Turn-based example behaved oddly

We encountered some issues while adapting the turn-based example on this page:


We ultimately got the code to work, but not without several edits/workarounds. This A* Pathfinding Project is quite well-used, so we wonder if perhaps we are doing something wrong. We are using version 4.0.10.

  1. We copied the code in BlockerPathTest.cs, but changed line 14 to use BlockManager.BlockMode.AllExceptSelector instead of BlockManager.BlockMode.OnlySelector . After doing so, we passed in 0 arguments to the “obstacles” list, which we figured would treat everything as an obstruction. It did not–the path was drawn straight through the sphere. Our workaround was to pass 1 argument (not the sphere) to the “obstacles” list, which resulted in the path being drawn around the sphere as we believe is proper.

  2. We tried applying the example code to objects in our 2-D game. There are about 20 objects on our 17x15 grid. To each object were attached SingleNodeBlocker.cs and BlockerTest.cs. Then the BlockerPathTest script (using BlockManager.BlockMode.AllExceptSelector on line 14) was added to one of the objects and given another object as the target. The object itself was passed into the obstacles list so as to prevent pathing around itself. (This also suffices as the workaround for Issue 1.) We observed that the path was being drawn straight through objects that should have been obstructions. Investigation with a debugger revealed that line 102 of BlockManager.cs wasn’t finding anything because the hashcode of the node being looked for was different than the hashcode of the corresponding node in the “blocked” dictionary. Workaround: in GridNodeBase.cs, we overrode methods GetHashCode() and Equals(object obj) to ensure that a node at a particular X-Z position always returns a consistent hashcode.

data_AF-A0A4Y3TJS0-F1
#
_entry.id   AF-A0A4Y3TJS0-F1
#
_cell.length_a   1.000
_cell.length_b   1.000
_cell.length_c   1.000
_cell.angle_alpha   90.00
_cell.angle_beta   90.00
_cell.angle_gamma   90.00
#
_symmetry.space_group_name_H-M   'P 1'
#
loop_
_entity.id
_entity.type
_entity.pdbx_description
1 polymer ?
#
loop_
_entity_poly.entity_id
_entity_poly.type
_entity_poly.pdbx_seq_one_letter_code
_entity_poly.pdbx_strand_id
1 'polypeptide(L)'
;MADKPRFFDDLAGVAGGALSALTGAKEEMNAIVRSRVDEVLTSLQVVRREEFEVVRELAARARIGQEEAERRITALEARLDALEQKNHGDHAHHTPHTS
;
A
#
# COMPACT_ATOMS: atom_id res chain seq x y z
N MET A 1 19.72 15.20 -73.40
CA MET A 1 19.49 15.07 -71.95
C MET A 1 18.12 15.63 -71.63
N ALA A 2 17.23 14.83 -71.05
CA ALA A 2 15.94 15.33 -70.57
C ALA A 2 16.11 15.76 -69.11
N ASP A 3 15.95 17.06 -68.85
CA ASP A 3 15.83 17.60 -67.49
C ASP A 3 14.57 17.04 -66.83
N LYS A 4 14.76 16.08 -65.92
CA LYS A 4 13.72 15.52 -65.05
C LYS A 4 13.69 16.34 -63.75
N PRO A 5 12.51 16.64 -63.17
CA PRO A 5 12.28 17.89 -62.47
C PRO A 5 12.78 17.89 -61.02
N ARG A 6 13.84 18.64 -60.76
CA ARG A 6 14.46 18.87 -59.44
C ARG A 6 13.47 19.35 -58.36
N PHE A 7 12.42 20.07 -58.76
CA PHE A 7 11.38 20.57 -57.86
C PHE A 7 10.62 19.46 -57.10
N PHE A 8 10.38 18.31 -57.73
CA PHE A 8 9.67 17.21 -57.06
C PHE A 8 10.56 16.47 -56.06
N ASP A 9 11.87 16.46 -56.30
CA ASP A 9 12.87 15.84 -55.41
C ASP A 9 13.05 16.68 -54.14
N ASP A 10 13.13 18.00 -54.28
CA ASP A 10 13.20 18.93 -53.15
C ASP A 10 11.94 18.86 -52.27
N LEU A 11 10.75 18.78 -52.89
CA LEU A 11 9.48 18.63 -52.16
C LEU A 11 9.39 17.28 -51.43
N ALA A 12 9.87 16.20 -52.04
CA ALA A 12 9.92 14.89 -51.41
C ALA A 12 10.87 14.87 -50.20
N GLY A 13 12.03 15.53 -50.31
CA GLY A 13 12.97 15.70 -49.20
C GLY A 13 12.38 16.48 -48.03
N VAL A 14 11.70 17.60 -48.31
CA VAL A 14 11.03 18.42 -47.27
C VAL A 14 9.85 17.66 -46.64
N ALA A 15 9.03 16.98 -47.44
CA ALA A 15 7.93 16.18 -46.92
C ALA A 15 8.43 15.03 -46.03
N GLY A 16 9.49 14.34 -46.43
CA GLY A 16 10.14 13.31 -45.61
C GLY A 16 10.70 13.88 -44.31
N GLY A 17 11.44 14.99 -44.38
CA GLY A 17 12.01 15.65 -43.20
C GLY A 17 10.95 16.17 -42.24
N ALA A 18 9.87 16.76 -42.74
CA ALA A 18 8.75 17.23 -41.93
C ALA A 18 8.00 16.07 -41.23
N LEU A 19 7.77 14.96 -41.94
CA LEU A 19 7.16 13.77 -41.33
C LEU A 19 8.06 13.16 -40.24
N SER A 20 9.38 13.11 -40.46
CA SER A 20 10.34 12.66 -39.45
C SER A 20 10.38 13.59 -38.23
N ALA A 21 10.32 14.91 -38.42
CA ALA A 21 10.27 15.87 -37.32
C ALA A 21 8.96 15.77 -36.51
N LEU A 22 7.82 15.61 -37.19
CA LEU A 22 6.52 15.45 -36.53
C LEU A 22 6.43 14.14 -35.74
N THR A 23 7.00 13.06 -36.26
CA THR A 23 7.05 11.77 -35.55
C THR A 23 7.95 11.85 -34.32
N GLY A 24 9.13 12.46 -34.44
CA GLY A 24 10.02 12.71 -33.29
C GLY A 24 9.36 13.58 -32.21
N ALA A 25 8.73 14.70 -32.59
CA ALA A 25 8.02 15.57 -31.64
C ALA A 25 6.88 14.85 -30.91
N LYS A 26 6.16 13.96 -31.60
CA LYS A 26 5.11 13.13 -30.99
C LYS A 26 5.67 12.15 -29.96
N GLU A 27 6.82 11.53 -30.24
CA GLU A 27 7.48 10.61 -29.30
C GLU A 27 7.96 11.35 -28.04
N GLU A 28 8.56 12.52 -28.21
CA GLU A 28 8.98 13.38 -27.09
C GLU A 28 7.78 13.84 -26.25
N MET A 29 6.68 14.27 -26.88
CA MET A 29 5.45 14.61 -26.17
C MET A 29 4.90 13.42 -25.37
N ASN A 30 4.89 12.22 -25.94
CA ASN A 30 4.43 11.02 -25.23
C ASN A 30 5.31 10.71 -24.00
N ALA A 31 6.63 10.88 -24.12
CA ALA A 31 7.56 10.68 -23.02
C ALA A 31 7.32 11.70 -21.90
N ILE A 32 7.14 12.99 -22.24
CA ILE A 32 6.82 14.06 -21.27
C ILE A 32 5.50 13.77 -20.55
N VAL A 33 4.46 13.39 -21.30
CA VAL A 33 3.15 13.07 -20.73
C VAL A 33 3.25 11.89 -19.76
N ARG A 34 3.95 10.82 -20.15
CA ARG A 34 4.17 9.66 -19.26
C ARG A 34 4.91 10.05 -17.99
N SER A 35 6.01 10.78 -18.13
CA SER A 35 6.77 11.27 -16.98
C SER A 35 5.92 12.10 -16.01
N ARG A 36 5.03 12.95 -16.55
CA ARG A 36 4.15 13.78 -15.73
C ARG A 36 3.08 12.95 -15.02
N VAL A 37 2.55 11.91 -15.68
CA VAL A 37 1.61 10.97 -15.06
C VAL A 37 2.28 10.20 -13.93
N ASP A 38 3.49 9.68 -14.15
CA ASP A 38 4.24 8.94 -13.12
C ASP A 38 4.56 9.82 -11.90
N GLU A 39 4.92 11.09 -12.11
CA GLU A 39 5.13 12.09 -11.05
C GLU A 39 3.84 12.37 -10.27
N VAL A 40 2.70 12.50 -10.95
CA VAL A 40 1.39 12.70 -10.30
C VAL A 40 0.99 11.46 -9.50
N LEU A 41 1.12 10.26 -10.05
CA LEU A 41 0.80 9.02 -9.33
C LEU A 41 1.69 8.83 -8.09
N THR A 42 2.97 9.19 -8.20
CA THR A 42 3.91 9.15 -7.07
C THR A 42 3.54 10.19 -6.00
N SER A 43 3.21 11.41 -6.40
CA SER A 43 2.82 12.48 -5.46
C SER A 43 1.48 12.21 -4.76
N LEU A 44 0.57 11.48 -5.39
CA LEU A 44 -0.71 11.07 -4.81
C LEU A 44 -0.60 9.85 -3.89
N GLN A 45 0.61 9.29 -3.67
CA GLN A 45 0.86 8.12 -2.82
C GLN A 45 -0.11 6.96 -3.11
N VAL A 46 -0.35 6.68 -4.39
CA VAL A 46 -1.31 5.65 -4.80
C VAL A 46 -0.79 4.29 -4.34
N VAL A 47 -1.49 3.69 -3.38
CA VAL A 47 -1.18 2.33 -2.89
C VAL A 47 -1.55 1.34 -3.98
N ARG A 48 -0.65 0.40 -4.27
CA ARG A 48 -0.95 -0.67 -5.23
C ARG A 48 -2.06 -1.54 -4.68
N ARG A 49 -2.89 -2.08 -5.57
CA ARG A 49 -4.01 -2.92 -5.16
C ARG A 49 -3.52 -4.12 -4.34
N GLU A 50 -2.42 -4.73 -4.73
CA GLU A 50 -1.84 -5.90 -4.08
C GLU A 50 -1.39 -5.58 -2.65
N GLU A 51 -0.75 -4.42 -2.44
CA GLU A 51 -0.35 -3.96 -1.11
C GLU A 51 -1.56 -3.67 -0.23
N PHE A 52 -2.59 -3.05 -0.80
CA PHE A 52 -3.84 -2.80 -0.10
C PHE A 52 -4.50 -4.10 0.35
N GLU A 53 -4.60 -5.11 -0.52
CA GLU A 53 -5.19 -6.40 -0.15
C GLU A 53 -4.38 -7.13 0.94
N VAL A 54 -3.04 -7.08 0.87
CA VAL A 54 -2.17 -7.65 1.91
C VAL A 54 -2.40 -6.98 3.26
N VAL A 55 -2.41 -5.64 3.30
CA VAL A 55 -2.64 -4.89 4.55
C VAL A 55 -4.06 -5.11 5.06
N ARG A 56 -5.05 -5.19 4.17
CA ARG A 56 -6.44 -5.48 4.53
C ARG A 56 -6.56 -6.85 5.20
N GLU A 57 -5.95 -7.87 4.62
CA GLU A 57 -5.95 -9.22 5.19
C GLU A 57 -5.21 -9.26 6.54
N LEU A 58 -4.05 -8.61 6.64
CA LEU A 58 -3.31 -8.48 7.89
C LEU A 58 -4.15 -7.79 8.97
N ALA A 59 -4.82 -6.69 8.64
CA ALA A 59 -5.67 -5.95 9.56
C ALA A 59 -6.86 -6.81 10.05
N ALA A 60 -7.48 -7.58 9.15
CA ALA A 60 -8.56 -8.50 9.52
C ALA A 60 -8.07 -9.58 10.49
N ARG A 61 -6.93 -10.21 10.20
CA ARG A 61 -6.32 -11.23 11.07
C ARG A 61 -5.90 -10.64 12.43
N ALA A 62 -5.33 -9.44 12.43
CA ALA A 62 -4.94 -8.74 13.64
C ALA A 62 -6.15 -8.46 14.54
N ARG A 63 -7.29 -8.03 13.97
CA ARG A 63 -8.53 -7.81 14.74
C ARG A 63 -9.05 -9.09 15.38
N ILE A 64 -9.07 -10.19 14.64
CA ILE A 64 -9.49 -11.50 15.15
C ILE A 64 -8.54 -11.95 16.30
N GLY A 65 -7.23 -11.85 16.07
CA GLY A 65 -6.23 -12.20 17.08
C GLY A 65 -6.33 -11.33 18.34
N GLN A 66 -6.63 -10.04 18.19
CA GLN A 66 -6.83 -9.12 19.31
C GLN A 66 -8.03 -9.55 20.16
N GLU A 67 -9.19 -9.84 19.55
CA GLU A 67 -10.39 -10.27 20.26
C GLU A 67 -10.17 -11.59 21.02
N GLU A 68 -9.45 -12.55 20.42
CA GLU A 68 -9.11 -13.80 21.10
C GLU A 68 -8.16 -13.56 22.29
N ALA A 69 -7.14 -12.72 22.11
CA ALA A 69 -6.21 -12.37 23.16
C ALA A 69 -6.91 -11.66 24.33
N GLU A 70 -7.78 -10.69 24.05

3. After the above changes, the pathing algorithm was properly finding nodes in the “blocked” dictionary, but misevaluating whether a node was an obstruction. We determined that the logic BlockManager.NodeContainsAnyExcept() was returning incorrect results. Workaround: we replaced lines 108-114 (a FOR loop) with this condition:

if (selector.Contains(inNode) == false) { return true; }

As mentioned, after making the above changes, the pathing in our game now seems to be working correctly. But it seems unlikely that we’d be the first to encounter issues of this significance on such a well-used project. Are we perhaps doing something incorrectly?


The pathfinding system itself is very well used, however the turn-based subsystem is very new. It was introduced only a few months ago in 4.0, so not that many people have used it yet.

  1. That does indeed look like a bug. I have fixed it in my dev version now.
  2. That sounds odd. Nodes are reference type objects, so their hash code should be essentially their memory address.
    Have you re-scanned the graph or something like that in-game?
  3. Yep. I also concluded that. I have made almost the same fix. The difference is that the selector.Contains call would end up using the unity equality comparison which is not thread safe. So it will only work when you are not using multithreading. Here is my version: https://pastebin.com/q6G4n30L

Re. 2, You’re right; we were calling AstarPath.active.Scan() each time the board configuration changed. But this appears not to be necessary–paths are updating with each turn even without those calls. Removing those calls eliminates the problem and allows us to remove the workaround code.

Re. 3. I’ve replaced our workaround code with your version and things seem to be working.

Thanks for your help, and for this package!